It's hard to be too critical of Corbyn. He was a genuinely nice, honest and principled man. You don't get too many of those in politics. But both he and his team didn't do enough to combat the storm that they faced. They were consumed by it. If you promise radical change then you should expect an overwhelming assault from those at the top of the establishment. Labour let that assault define their leader and define their movement. And now there is Starmer.
Labour know that Starmer offers them a much more realistic shot at power. In return, they have to compromise some of their ground on the Left. Both Corbyn and Starmer are smart but the latter is more politically smart. Corbyn didn't want to play the game or sing to the tune of a particular demographic. The fact is that there are not enough Left thinking members of the electorate to win a General Election; Starmer needs to attract people from the other side. Admittedly, that should be easier when Brexit isn't acting as Boris Johnson's political shield! Still, Starmer's reaction to the toppling of the Edward Colston statue was a good example of trying to appeal to a both sides of the spectrum.
He was quick to condemn those responsible for defacing the statue in the way that they did before then admitting that it should have been removed a long time ago. Finding a balance. Playing the game. He wouldn't give his blessing to lawless acts but was also articulate enough to explain why Colston should not have been on display in the middle of Bristol.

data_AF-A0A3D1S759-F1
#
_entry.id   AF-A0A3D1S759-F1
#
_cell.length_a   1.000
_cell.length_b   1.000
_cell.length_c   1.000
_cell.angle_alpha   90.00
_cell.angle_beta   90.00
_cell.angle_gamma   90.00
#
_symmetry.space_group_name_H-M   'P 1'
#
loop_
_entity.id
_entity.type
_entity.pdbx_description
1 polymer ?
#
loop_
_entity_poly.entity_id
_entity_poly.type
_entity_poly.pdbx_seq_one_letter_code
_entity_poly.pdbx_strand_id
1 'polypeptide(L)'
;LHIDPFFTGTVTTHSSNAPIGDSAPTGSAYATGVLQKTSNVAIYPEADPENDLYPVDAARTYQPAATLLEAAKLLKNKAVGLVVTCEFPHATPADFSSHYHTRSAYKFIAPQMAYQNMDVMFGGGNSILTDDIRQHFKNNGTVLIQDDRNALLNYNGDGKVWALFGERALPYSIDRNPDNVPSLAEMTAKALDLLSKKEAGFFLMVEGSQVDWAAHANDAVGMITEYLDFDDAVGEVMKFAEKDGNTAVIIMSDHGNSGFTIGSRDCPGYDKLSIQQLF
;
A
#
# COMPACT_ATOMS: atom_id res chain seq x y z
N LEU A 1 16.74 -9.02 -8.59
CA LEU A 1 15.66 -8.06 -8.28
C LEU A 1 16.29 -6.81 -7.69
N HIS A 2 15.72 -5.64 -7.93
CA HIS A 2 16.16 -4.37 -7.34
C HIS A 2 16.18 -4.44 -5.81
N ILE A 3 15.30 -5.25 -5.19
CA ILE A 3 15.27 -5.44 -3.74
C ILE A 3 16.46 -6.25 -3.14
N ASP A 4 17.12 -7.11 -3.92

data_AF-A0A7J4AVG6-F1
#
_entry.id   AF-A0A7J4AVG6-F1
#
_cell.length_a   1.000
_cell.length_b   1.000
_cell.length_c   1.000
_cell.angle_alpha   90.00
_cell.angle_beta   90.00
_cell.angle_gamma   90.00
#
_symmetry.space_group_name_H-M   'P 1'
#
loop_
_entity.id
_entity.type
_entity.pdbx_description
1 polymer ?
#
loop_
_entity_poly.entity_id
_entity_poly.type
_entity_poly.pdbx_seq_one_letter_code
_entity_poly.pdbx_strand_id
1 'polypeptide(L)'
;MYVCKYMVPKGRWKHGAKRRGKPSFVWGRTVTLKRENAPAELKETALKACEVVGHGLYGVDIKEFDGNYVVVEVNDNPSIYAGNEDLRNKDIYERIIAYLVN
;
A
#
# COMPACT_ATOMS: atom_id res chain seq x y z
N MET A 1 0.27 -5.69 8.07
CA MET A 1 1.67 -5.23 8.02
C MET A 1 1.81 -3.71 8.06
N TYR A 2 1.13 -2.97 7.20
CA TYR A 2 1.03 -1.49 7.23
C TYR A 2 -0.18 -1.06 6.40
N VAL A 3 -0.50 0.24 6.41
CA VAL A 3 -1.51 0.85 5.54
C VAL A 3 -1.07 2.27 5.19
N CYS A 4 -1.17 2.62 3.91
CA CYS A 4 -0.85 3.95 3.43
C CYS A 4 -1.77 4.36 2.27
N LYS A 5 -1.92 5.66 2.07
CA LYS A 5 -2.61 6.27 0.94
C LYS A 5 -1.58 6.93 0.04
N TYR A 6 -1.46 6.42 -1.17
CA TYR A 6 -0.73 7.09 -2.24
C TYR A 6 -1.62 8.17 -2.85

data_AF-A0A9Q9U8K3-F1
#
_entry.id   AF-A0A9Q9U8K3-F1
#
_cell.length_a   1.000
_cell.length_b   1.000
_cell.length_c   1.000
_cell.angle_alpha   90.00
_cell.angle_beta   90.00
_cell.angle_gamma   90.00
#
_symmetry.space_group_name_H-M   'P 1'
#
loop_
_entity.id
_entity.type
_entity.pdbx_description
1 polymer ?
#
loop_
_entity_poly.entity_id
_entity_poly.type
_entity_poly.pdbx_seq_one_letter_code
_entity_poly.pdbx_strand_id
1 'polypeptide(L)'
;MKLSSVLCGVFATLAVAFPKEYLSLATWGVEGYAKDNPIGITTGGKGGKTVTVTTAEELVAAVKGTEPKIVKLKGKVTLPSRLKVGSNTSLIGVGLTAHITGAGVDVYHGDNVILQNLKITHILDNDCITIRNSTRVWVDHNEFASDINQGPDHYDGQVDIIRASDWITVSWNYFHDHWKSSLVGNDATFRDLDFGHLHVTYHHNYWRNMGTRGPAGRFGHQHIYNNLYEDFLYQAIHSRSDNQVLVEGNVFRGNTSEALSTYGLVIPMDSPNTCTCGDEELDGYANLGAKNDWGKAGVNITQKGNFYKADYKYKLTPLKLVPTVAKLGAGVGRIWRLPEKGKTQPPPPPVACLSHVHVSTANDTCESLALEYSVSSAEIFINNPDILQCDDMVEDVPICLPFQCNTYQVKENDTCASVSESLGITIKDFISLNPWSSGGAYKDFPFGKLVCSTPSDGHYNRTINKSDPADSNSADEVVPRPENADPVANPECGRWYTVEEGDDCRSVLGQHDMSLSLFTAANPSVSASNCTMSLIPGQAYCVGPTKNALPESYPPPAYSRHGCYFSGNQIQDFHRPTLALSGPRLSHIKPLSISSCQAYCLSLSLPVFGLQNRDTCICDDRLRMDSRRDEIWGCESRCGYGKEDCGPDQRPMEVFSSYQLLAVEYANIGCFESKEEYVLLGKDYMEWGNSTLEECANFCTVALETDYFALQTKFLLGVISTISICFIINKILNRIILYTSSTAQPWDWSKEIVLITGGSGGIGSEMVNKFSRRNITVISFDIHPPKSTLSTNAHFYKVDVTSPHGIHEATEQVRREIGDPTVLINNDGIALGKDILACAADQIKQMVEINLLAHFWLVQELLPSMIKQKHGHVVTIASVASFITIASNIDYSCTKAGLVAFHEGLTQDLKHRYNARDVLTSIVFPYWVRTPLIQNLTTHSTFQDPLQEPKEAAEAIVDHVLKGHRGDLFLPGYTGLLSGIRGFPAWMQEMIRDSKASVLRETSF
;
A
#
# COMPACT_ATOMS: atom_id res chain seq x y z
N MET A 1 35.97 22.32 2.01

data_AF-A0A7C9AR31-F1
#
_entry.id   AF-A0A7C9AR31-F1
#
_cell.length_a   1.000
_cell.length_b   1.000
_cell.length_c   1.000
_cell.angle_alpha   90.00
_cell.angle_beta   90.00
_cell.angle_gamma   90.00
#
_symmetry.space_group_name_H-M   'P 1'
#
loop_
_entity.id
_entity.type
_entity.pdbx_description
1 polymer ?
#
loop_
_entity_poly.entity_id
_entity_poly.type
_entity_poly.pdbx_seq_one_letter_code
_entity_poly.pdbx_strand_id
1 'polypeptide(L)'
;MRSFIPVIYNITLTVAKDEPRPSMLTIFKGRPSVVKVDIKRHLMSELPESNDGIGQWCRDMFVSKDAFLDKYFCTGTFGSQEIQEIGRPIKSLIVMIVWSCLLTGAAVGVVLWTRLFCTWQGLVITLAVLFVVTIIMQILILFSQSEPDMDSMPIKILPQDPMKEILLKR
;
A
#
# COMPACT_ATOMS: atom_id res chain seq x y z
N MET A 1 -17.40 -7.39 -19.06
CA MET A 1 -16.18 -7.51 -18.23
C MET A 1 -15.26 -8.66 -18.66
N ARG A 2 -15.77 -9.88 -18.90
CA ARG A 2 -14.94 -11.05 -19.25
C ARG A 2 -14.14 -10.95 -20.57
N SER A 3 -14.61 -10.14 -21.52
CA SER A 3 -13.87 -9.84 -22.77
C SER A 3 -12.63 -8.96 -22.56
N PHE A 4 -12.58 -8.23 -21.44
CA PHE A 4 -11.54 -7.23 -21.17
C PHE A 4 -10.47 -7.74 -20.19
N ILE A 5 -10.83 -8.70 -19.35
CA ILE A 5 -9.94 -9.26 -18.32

Those on the Right would be satisfied that he isn't bowing down to anarchy. Those on the Left would be content that he had illustrated Colston's history in the slave trade and accepted that his statue shouldn't be standing in 21st century Britain. Some were disappointed that he condemned the actions of vandalism but condoning Far Left actions isn't sensible for a multitude of reasons.
Corbyn was annihilated last year. The Left was annihilated with him. It might be nice to nod your head and pretend you are getting somewhere but, the truth is, it's delusion. Left wing politics is still very much alive but it has taken a beating and it needs to get real. In populism, the new Left is the centre.
Put differences aside
Starmer is not a monster, he is just different. A little more corporate. A little more polished. Corbyn was heralded as a modern day Jesus by many on the Left but that doesn't make Starmer the Antichrist! He is a genuinely sensible alternative to the Prime Minister.
People can vote for the Conservatives, Labour or any other political party. The point of this is to get behind a functioning democracy. A landscape where there are two parties capable of winning a General Election will only push whoever is in charge to do better. A weak Opposition can scream and shout but the Government in charge can do whatever they please.
It is unfortunate that Corbyn wasn't given a fair trial and the bias towards him arguably undermined the status of our democracy. But that is the way it is. Do you want to win an argument or an election? Starmer has the potential to do both but it's much easier to win an argument when you're in power.